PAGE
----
Posted By admin on February 25, 2010
Lyra is doing great in preschool. One thing that I haven’t yet mentioned…at least I don’t think I’ve mentioned, is that Lyra actually attends two different preschools. One is the school district preschool. This is the one that handles her IEP. She attends this one on Tuesdays and Thursday mornings and she receives direct braille/vision services once a week for 30 minutes. The other preschool is a private school specializing in children who are visually impaired. Lyra attends this school on Monday and Wednesday mornings and receives direct braille instruction once a week for 30 minutes. So she is actually receiving double the amount of time for braille instruction as is required through her IEP. The braille teacher at the private preschool does have a copy of her IEP and are working on those goals/objectives, but the teachers and the school are not connected to the IEP in any legal sort of way. The teachers and the school name are not listed anywhere on the IEP.
Wow… that was a lot of words to try and say something simple. I hope that made sense.
The link below is to her 1st semester IEP progress report from the school district preschool or SDP for short. I have since spoken to her TVI and learned that Lyra has met her first two objectives for both of her IEP goals. She also told me that Lyra is a quick learner and isn’t resistant to learning the braille. One thing I was really happy to hear from her TVI is that so far, Lyra isn’t displaying/developing any braille bad habits…specifically scrubbing. Yay! Lyra can tactually identify the braille letters ‘a’ and ‘i’ and maybe a few others… Her TVI didn’t have actual list of all the letters Lyra knew in front of her at the time of our phone conversation. We have a conference next week and she will get me that information then.
One of the main differences between her braille instruction at the SDP and at the private preschool (PP) is the amount of time she’s spent using the braillewriter. At the SDP she’s only got to try using the braillewriter occasionally. At the PP Lyra has been using the braillewriter since day 1. Every day that she has had her braille instruction at the PP, she has brought home a sheet of paper with all of her braille “writing” and “scribbling” for that day. She has shown an increased interest in knowing what letters she is writing and her hand and finger strength is increasing. According to her braille instructor at the PP;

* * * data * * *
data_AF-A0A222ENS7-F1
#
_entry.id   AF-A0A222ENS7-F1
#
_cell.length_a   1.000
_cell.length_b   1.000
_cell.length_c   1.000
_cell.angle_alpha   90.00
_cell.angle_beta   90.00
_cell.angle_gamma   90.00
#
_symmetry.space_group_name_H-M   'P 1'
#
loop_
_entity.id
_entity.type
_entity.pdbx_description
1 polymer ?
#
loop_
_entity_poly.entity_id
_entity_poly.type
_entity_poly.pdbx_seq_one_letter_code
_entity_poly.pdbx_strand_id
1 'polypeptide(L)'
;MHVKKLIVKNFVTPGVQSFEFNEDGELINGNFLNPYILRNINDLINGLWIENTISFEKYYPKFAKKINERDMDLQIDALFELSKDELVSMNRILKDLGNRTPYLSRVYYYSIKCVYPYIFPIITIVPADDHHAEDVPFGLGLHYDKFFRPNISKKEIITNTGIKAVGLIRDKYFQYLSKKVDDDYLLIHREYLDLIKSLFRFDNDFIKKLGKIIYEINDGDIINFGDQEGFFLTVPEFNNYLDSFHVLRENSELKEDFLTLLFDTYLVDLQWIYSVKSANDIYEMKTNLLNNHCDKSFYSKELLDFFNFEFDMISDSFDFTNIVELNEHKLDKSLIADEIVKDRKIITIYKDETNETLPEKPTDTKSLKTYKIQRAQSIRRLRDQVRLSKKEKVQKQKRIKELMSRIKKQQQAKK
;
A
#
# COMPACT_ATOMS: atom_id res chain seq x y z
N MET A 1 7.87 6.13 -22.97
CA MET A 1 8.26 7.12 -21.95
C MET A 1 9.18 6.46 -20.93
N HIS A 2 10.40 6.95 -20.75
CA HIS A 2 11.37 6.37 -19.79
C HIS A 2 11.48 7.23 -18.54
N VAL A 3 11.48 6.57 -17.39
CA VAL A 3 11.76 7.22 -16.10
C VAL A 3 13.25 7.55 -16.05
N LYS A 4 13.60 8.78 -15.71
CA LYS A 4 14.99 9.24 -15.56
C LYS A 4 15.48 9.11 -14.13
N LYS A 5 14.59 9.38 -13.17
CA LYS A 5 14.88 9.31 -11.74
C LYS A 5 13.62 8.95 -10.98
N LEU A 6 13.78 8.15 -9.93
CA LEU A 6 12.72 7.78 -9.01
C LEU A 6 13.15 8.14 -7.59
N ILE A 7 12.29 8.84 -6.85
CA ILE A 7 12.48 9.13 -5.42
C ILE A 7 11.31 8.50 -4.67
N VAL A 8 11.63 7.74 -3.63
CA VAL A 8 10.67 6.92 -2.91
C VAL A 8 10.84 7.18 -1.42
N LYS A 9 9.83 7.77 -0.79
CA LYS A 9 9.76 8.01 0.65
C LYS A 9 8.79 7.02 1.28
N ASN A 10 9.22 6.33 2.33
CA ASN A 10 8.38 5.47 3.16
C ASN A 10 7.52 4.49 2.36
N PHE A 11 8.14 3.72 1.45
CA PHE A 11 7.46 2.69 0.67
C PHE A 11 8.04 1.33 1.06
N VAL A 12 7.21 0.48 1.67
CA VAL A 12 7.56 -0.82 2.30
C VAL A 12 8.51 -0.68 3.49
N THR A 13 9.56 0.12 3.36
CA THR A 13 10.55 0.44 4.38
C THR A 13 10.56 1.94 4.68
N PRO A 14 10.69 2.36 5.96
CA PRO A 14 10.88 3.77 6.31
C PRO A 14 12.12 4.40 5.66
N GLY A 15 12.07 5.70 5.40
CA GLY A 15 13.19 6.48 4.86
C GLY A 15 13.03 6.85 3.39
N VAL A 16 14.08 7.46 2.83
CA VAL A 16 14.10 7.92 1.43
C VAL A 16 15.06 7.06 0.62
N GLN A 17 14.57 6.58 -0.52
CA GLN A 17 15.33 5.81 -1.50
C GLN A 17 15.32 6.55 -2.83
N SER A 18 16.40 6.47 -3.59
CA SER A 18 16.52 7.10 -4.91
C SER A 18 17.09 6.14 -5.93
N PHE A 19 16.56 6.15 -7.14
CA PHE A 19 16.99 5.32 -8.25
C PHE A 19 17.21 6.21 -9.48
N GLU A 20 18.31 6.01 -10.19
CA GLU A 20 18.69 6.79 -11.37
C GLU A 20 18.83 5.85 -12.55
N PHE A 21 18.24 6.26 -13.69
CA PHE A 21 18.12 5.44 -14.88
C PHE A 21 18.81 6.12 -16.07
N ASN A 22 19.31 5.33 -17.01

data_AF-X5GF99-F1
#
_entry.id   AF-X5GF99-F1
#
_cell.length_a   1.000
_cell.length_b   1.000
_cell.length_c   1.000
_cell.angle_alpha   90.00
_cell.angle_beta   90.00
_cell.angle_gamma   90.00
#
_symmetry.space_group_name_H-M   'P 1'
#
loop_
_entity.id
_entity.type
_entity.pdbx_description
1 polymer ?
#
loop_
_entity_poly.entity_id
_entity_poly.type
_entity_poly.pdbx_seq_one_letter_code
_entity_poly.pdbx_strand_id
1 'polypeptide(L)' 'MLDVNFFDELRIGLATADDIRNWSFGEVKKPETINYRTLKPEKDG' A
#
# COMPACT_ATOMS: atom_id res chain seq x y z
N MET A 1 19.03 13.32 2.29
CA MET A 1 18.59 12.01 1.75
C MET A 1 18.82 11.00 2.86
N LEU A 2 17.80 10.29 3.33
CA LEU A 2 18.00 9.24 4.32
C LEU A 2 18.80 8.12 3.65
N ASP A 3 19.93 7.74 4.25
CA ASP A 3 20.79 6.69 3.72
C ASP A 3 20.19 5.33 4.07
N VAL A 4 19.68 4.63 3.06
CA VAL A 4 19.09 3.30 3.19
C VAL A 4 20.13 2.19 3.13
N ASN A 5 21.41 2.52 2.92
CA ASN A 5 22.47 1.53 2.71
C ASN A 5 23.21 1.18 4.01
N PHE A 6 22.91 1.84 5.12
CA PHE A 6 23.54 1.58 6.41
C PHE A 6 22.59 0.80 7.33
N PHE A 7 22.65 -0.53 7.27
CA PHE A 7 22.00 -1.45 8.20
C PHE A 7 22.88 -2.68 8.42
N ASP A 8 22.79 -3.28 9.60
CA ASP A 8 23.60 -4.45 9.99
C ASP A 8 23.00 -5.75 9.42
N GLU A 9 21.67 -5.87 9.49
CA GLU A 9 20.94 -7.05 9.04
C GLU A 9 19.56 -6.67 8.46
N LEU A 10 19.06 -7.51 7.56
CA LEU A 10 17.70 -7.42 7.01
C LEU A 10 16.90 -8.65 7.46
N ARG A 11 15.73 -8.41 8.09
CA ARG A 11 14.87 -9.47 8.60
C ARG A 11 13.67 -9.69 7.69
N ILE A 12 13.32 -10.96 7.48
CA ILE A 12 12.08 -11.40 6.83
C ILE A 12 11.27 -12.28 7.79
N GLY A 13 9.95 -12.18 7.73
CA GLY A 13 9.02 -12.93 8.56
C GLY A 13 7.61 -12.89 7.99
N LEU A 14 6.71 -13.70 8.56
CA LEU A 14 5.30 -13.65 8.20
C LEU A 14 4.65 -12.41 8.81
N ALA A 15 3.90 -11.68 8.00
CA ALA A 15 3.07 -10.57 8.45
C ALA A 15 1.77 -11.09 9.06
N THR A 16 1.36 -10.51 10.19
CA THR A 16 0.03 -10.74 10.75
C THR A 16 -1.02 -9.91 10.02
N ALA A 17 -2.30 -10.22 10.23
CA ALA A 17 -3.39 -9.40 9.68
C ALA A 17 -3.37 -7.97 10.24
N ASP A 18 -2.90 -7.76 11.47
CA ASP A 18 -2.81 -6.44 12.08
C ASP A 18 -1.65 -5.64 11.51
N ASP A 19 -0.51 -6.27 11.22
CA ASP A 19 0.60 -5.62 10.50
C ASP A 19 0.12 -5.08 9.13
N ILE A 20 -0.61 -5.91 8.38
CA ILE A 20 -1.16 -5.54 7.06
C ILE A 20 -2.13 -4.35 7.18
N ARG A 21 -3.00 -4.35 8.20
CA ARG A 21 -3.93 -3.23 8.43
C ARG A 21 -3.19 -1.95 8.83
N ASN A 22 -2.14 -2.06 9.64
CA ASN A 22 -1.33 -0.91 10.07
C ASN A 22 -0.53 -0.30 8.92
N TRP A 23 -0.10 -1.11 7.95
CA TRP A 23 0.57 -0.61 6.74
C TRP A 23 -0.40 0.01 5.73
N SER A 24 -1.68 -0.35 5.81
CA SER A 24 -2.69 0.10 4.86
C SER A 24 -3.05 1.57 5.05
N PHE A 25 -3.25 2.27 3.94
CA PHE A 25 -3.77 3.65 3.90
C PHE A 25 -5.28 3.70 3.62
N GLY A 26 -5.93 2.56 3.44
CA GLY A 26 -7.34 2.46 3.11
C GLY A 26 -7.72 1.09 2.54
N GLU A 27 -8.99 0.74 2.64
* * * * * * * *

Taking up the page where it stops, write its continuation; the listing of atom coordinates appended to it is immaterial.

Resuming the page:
Lyra uses a braillewriter adapted with unifix cubes on the keys. She rolls paper in with assistance and produce some full cells with inconsistent pressure. She is beginning to do some independent scribbling. She allows assistance to position her fingers to braille her first name and inconsistently brailles letters ‘a’ and ‘i’.
Lyra tracks across a line of brailled geometric shapes with some assistance, identifies 3 shapes, and locates the one dissimilar shape in a line of 4 shapes. She replicates configurations in a manipulative braille cell, sometimes naming dot numbers, often working from right to left unless prompted.
When practicing her braille at home, I haven’t had any problems with requiring her to read the dots tactually. She sits up straight and sometimes she even closes her eyes…just cause she wants to close them. The only time she ever wants to look at the braille visually is after we’re done with each task…to sort of “check” herself.
The braille learning has definitely not had any effect on Lyra’s ability to learn print. As you can see in the videos of my recent post Reading Braille and Print, she is able to identify all 26 print letters by sight (occasionally stumbling with M & W), and although it’s not the prettiest, she can also write her name. From my perspective, Lyra seems to extremely motivated and equally excited to learn both print and braille. She often draws pictures…more like CONSTANTLY draw pictures…and then many times wants me to write words for her…to make her pictures into a story. I don’t want to stifle her creativity or imagination…but I could definitely do without all the pictures, cards, and stories scattered about our house.
Believe it or not…it’s about time for us to start preparing for and planning for Lyra’s next IEP meeting. The meeting isn’t until May and hopefully things will go more smoothly than our first IEP meeting last year, but I’d much rather be over-prepared than under-prepared.